If heading for the thrills at an amusement park, talk to the staff in the guest relations office. They may give you a handicapped pass that will reduce the amount of time you spend waiting in line. Also, remember to bring your backpack filled with diabetes supplies, snacks, and drinks. If you are at a water park, be sure to protect your supplies by putting them in a waterproof bag. A wheelchair may be a good option if you have trouble walking.
When you have diabetes, you are more prone to developing foot problems because of nerve damage. Take extra care of your feet while on vacation by wearing shoes that fit you well. Avoid going barefoot because you may cut or bruise your foot.
While it is tempting to overindulge while away from home, try to stick to your regular meal plan. If you find that you are eating in restaurants a lot, try splitting the meal with your partner. This can help with portion control. Before visiting another country, ask your dietitian for advice on making good food choices. In general, order a broth-based soup or salad, skip the bread and butter, eat a normal-sized meal (not super-sized), and share or skip dessert.
Know how to get in touch with your doctor in case of an emergency. It is also a good idea to find the location of the closest hospital and whether they accept your insurance.
No matter where you are—a friend’s holiday party or a ride at an amusement park—you can take care of your diabetes. If you put time aside to prepare and get advice from your doctor, then you can break from the regular routine and still control your blood glucose level. While having diabetes means paying extra attention to your health, it doesn’t have to mean that you miss out on anything!
American Diabetes Association
National Diabetes Information Clearinghouse
Canadian Diabetes Association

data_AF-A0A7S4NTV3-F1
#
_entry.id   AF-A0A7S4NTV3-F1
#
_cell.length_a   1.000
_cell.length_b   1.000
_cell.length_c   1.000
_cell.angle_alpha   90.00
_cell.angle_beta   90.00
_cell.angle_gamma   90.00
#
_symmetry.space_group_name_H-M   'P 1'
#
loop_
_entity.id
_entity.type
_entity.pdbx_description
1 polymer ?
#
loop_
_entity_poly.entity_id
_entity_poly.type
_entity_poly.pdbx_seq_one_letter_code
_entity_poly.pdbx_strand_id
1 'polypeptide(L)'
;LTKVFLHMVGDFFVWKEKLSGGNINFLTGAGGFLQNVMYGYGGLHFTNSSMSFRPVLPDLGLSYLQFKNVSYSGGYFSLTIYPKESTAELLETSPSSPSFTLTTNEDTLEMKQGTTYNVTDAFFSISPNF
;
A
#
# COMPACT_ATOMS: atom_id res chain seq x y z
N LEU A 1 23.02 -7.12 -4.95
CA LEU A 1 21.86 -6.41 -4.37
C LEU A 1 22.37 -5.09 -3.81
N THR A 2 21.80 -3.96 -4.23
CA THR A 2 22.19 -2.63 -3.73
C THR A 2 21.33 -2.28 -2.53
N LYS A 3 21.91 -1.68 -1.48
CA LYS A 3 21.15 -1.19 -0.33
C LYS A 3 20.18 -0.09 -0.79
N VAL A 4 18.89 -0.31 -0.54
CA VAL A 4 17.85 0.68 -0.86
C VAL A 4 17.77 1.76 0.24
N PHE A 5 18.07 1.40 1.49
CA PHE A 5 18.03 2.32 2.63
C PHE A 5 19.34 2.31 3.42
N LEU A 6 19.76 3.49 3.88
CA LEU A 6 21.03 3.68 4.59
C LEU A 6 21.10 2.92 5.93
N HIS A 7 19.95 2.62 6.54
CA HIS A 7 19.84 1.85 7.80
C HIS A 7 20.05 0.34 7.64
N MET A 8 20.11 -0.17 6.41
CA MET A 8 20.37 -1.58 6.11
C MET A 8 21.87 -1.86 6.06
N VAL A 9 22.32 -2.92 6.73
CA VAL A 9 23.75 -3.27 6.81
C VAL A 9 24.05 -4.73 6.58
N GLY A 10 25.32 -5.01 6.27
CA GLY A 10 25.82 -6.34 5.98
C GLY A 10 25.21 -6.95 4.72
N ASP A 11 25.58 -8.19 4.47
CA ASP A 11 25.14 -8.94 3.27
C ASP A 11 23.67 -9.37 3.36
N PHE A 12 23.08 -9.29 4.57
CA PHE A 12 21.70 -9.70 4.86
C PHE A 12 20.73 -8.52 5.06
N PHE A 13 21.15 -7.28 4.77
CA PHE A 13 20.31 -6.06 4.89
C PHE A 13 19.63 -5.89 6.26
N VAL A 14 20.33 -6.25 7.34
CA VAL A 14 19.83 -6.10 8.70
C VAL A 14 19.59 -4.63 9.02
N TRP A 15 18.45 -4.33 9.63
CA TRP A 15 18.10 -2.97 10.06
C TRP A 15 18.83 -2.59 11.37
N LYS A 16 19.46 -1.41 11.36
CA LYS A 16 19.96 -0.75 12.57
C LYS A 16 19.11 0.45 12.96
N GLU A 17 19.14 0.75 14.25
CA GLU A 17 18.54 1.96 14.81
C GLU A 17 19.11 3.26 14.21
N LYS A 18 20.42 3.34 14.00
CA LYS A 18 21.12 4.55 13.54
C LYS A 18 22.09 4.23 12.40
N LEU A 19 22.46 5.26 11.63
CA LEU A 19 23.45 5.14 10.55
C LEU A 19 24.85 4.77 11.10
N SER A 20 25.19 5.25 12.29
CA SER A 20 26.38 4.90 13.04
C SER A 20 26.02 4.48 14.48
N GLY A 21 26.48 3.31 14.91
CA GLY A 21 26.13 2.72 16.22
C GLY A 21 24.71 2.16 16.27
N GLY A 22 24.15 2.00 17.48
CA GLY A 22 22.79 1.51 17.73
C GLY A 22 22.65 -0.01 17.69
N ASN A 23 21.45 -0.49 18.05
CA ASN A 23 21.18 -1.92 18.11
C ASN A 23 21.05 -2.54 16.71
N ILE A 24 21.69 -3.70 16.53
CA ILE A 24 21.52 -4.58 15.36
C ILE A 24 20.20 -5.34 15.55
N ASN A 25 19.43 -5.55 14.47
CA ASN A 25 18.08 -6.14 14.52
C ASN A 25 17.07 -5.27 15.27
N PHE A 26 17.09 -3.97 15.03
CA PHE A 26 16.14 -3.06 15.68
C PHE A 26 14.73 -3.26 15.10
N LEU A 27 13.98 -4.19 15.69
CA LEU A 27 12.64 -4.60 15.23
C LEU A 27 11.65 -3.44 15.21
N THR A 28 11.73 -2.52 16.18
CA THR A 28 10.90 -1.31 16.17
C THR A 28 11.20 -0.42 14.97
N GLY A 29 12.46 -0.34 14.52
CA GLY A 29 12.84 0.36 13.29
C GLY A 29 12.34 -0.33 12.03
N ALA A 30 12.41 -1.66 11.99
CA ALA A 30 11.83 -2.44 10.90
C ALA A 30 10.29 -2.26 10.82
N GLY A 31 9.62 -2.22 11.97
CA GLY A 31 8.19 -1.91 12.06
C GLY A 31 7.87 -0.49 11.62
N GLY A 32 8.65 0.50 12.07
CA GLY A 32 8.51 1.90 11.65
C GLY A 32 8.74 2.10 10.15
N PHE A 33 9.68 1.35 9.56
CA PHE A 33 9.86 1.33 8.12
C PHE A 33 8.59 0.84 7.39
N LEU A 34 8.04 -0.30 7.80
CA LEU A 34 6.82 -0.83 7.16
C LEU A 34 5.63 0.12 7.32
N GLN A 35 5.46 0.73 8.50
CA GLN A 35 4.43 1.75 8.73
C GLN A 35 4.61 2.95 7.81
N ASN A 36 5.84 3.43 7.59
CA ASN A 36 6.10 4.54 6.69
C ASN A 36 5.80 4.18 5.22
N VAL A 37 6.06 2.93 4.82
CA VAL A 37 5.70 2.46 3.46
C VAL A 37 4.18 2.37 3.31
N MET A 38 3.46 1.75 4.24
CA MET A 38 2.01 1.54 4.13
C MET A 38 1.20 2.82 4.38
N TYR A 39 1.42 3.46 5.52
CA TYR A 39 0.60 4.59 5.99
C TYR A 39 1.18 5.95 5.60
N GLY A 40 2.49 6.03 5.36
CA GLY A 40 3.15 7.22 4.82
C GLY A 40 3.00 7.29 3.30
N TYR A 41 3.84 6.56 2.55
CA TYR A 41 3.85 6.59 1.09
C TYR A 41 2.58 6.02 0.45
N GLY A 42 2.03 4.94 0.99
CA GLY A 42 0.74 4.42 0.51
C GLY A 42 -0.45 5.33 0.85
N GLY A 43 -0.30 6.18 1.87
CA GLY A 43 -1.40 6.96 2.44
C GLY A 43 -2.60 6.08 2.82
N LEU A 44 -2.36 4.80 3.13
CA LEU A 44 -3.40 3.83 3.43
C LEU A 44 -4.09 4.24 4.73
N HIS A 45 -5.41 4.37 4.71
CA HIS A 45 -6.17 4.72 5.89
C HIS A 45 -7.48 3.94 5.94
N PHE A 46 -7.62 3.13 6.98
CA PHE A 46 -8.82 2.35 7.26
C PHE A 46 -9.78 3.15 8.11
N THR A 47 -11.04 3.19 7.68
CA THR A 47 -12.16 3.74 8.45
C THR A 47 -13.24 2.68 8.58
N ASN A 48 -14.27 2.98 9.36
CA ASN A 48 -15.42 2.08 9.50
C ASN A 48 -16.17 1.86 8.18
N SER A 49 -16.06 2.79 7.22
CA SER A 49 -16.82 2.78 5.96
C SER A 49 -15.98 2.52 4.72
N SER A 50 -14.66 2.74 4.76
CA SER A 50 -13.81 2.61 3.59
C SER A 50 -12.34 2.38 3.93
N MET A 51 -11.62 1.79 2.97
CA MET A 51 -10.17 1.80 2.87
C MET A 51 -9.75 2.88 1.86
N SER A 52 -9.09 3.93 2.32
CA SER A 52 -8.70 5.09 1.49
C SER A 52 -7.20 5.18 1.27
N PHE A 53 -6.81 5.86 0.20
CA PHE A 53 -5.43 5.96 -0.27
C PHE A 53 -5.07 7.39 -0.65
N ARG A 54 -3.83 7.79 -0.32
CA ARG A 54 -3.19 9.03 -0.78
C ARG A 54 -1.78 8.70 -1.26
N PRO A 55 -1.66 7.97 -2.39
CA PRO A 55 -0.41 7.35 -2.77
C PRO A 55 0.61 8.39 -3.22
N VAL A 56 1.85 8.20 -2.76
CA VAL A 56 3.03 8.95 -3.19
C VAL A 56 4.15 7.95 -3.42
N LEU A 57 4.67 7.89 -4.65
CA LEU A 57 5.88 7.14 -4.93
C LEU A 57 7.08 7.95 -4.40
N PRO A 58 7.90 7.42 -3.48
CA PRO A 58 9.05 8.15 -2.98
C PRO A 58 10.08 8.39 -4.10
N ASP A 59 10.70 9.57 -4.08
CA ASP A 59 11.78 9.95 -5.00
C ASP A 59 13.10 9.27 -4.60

Public Health Agency of Canada
Alcohol. American Diabetes Association website. Available at: http://www.diabetes.org/food-and-fitness/food/what-can-i-eat/making-healthy-food-choices/alcohol.html. Updated June 6, 2014. Accessed July 19, 2016.
Eating out. American Diabetes Association website. Available at: http://www.diabetes.org/food-and-fitness/food/what-can-i-eat/food-tips/eating-out/. Accessed July 19, 2016.
Fitting in sweets. American Diabetes Association website. Available at: http://www.diabetes.org/food-and-fitness/food/planning-meals/holiday-meal-planning/making-sugar-count-during-the-holidays.html. Updated July 11, 2014. Accessed July 19, 2016.
Insulin pumps. American Diabetes Association website. Available at: http://www.diabetes.org/living-with-diabetes/treatment-and-care/medication/insulin/insulin-pumps.html. Updated June 29, 2015. Accessed July 19, 2016.
FAQ. Transportation and Security Administration website. Available at: https://www.tsa.gov/travel/frequently-asked-questions. Accessed July 19, 2016.
Stress. American Diabetes Association website. Available at: http://www.diabetes.org/living-with-diabetes/complications/mental-health/stress.html . Updated December 6, 2013. Accessed July 19, 2016.
Take charge of your diabetes. Center for Disease Control and Prevention website. Available at: http://www.cdc.gov/diabetes/pdfs/library/takechargeofyourdiabetes.pdf. Accessed July 19, 2016.
Take care of your diabetes during special times or events. National Diabetes Information Clearinghouse website. Available at: http://diabetes.niddk.nih.gov/dm/pubs/type1and2/specialtimes.htm. Updated February 2014. Accessed July 19, 2016.
When you travel. American Diabetes Association website. Available at: http://www.diabetes.org/living-with-diabetes/treatment-and-care/when-you-travel.html. Updated January 2, 2014. Accessed July 19, 2016.
Last reviewed July 2016 by Michael Woods, MD
Please be aware that this information is provided to supplement the care provided by your physician. It is neither intended nor implied to be a substitute for professional medical advice. CALL YOUR HEALTHCARE PROVIDER IMMEDIATELY IF YOU THINK YOU MAY HAVE A MEDICAL EMERGENCY. Always seek the advice of your physician or other qualified health provider prior to starting any new treatment or with any questions you may have regarding a medical condition.